There are 3 main traditions of scripts. Each has a halachic basis.
Bais Yosef: This is the script (for Torahs, tefillin, mezuzahs and megillahs, used by those of Ashkenazi decent, who are not Chassidic. The Bais Yosef, authored by Rabbi Yosef Caro, (1488-1575) is the famous commentary to the Tur, (1200’s) one of the earliest halachic codifications. He is also the author of the famed Shulchan Aruch, the most authoritative halachic codification. This particular script has the earliest and most solid halachic foundation however, the style has changed (not always within the confines of [preferred] halachah) and has developed throughout the generations. The Bais Yosef style of today has developed into a more literal interpretation of the halachah and is universally accepted as a mehudar form of the Bais Yosef script.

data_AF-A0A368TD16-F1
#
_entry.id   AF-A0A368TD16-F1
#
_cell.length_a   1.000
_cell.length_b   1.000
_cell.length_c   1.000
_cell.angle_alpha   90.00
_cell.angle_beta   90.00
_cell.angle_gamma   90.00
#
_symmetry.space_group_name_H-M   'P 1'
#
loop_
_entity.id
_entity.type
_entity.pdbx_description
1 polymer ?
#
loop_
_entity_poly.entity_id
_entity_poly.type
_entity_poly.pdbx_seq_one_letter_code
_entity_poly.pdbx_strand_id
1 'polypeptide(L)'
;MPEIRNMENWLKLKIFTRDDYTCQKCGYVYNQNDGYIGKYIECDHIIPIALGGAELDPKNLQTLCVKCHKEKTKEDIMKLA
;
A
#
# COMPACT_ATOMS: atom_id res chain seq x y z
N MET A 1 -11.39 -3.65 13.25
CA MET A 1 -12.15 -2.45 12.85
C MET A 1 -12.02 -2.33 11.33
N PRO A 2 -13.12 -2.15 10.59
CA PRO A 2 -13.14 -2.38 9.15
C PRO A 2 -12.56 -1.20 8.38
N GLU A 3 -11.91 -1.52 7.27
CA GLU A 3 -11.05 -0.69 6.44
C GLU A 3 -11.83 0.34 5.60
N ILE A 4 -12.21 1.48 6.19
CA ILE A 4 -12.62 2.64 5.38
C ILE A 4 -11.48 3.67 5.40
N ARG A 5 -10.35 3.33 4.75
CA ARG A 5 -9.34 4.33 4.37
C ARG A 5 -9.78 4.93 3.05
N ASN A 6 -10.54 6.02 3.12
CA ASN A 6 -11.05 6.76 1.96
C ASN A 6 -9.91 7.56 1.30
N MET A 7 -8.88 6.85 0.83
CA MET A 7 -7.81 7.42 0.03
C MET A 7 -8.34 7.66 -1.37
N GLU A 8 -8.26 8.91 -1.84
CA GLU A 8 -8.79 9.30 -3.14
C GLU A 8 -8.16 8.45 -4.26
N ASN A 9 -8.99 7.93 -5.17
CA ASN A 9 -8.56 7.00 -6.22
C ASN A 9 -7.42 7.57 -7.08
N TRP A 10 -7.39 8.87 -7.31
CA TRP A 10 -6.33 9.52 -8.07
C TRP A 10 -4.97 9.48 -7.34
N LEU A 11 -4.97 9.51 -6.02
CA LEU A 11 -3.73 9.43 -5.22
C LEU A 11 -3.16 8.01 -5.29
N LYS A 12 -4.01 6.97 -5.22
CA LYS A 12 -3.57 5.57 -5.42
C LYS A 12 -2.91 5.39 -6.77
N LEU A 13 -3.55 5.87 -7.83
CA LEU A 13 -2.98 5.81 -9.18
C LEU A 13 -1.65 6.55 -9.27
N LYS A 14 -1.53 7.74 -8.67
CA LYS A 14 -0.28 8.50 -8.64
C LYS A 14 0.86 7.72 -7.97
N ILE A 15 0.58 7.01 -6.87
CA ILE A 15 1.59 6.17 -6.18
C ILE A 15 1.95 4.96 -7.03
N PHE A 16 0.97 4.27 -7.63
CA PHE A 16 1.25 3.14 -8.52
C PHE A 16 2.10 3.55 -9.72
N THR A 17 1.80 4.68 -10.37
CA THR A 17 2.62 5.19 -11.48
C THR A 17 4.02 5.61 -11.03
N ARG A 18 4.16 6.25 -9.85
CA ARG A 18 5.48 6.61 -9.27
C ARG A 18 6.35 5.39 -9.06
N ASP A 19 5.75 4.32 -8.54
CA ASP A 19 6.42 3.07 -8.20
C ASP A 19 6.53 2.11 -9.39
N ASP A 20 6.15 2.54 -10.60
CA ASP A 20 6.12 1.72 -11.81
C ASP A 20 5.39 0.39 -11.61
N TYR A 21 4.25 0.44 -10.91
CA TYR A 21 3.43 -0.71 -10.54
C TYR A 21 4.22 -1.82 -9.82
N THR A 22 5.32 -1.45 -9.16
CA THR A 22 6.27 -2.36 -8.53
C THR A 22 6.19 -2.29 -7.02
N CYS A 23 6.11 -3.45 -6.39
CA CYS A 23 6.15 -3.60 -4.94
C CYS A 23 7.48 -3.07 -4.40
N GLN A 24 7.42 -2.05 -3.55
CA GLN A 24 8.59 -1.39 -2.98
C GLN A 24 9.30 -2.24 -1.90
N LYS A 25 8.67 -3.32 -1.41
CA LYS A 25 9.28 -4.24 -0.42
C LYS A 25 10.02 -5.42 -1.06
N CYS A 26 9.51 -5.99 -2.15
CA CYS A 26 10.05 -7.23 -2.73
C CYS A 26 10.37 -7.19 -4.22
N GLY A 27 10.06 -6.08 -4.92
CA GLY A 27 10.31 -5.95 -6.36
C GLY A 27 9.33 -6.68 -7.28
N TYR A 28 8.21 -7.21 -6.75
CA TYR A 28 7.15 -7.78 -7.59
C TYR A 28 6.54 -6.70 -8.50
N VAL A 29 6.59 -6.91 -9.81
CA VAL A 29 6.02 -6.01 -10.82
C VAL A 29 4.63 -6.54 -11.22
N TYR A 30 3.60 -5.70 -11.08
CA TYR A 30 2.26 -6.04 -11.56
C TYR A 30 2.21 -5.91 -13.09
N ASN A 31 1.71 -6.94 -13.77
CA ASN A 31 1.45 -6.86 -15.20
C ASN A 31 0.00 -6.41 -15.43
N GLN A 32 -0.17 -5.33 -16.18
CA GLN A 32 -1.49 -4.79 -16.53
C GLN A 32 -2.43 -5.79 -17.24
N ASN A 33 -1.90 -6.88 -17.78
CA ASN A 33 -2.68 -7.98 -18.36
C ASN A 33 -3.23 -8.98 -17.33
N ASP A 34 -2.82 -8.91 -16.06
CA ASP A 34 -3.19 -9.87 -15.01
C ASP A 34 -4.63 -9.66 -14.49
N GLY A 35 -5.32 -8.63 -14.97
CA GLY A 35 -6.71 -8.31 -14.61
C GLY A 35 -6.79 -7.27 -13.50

Arizal: The Arizal style script is the same as Bais Yosef other than some minor changes in 6-7 letters. This style is named after Rabbi Yitzchak Luria Ashkenazi (1534-1572). He was a famed and great kabbalist, scholar and pious one. The changes to the Bais Yosef script that he instituted are based on kabbalah. It is the custom of most who are of Chassidic descent to use this script style
Vellish: This is the script style of Sephardic Jews. Interestingly, the Sephardic Jews, who carefully follow the halachic decisions of Rabbi Yosef Caro, himself a Sephardic Jew and bases most of his decisions on the great scholars of Sephardic Jewry, mainly Maimonidies (1135-1204) and the Rashba, (1235-1310) have a different tradition of script altogether.